I’ve always had a love-hate relationship with the old adage “look after the pennies and the pounds will look after themselves”. For one, I prefer to advocate big savings over little ones. Major changes like down-sizing your home, relocating to a cheaper part of the country, or swapping your car for a pushbike, will make much more difference to your bank balance and your overall wellbeing than a string of minor life tweaks. The way I see it, choosing NOT to go on a £3,000 luxury holiday is like getting 3 years worth of FREE energy, or 10 years car insurance!
But – and it’s a big but – the sheer practice of habitually making successive small enhancements to your routine and to your budget, like changing your energy supplier or turning down your thermostat by one degree, is an amazing discipline to have. It helps you adopt an ‘always-on’ 100% frugal consciousness and keeps you at arm’s length from life’s constant stream of rampant consumerism.
I’ve shortlisted my 6 favourite bill-trimmers, none of which are as dramatic as moving home or selling the gas-guzzler! They’re all super-easy to implement and can collectively save you a nice little chunk of cash, every day.
1. Buy tube heaters
The cheapest way I’ve found to heat a room. Leave one of these on as long as you like and it’ll keep a room warm for as little as 4p an hour. Much cheaper than electric convector heaters or halogens. One tube heater alone is not going to heat the whole house, or give you a roaring glow in the depths of winter, but they are perfect for those chilly spring and autumn months, or when you just need to keep one room nice and cosy. Hide them under the sofa if you don’t like the aesthetic appearance – I know some people find them visually offensive.
2. Get a wood-burner – and pick your fuel carefully
Ahhh, our new energy bill saviour. We’ve forked out £1200 to have a Firefox 8.1 woodburner installed but it’s paying back handsomely. We have a small-ish 2-bed cottage and it warms the whole house in no time. We have it going all day in the winter months when we’re both at home and light a small fire of an evening when outside temperatures are more in the region of 5-10C. I find coal is the cheaper fuel to run overall while wood is useful for getting the heat going quickly or for shorter periods. Having both options – ie, a multi-fuel stove – is important. Based on initial estimates I’d say our gas bill will be around 30% lower. And as we both work from home self-employed we can claim a portion of it back on our tax return forms.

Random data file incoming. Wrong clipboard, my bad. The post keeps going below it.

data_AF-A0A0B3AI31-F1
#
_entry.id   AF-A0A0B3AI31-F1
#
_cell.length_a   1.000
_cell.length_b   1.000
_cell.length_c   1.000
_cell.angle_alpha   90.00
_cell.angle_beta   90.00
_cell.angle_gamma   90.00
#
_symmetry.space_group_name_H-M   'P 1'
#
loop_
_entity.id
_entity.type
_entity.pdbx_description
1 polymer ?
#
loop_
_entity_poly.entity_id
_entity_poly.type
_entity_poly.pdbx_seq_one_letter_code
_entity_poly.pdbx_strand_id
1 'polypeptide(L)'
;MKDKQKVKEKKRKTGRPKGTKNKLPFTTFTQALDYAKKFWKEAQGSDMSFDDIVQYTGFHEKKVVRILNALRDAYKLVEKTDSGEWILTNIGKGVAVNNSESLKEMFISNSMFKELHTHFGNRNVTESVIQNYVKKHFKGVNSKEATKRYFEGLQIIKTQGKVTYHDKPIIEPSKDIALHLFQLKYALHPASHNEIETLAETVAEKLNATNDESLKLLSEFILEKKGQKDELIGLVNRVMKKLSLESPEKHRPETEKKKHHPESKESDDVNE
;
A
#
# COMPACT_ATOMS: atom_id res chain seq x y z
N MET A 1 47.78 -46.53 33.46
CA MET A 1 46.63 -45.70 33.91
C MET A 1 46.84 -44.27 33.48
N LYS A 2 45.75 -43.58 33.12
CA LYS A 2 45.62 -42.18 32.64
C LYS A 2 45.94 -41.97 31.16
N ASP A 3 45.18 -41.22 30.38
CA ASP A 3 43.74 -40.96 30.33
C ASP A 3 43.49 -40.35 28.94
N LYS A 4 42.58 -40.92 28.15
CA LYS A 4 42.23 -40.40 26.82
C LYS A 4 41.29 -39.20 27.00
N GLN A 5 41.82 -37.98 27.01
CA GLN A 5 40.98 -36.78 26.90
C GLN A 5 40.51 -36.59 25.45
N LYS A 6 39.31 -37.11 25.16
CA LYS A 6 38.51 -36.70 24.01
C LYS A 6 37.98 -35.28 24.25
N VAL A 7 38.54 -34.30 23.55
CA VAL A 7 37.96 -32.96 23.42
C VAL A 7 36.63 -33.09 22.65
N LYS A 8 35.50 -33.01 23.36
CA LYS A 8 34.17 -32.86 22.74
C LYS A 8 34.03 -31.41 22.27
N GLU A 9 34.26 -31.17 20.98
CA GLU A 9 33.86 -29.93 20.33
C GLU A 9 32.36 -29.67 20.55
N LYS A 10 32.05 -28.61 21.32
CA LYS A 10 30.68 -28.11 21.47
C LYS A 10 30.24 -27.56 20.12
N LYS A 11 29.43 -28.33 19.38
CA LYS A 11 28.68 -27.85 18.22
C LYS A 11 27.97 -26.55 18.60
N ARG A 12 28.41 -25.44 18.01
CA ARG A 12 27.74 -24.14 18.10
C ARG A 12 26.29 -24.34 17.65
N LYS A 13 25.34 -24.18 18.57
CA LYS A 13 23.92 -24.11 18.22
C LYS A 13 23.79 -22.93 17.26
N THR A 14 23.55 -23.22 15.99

3. Buy in bulk, make in bulk
Discovering Muscle Food was a watershed moment for me. We get 3 months’ worth of high-quality meat for around £60. Package it up and stick it in the freezer on the day of delivery and you’ll notice your weekly shop from then on is a damn sight cheaper. It also helps you plan meals better, which means less waste and gets you seeking out interesting new recipes. (“Hmm… What could I do with those chicken breasts tonight?”)
Similarly, you can buy big bags of rice, pasta, oil, flour, potatoes, frozen veg – the staples we all need – at exceptionally low prices. Sign up for supermarket alerts and voucher codes and you’ll soon see that you can also get great deals when bulk-buying luxury items like sauces, cheese, or even wine.
4. Create your own cleaning products
Big-brand cleaning products can cost a fortune. I shudder to think we live in an age where there’s a fashion for lemon-tinged bleach and rose-thorned purifiers. Insane. You don’t need any of this stuff. You can make all your own liquids, lotions and potions for pennies.
Vinegar and a few drops of essential oils in a spray bottle is all you need for your everyday household cleaner. Hydrogen peroxide can be a good, cheap alternative to carpet stain remover. For a powerful non-toxic oven cleaner you could try mixing up some borax, vinegar, baking soda and boiling water. (Note – before creating your own, please research the portions and mixture methods carefully.)
5. Re-sell your energy
If you generate your own energy through solar panels you can cut your bills by around 25-50% and sell any surplus energy back to the grid. The initial outlay is still quite high, which is why I’ve not yet done this one myself but the the costs are coming down all the time and the resale prices are going up so a 15-year break-even point, as it is now, should tumble to 5-10 years reasonably soon.
6. Live by day, sleep by night
Rise with the larks! Enjoy the world in daylight when its warmer, more colourful and altogether more beautiful. And when night comes, bunker in under a blanket and go to bed early during those long dark winter months. Get your house working to the same routine too. Turn off all your power-points when you turn in for the night.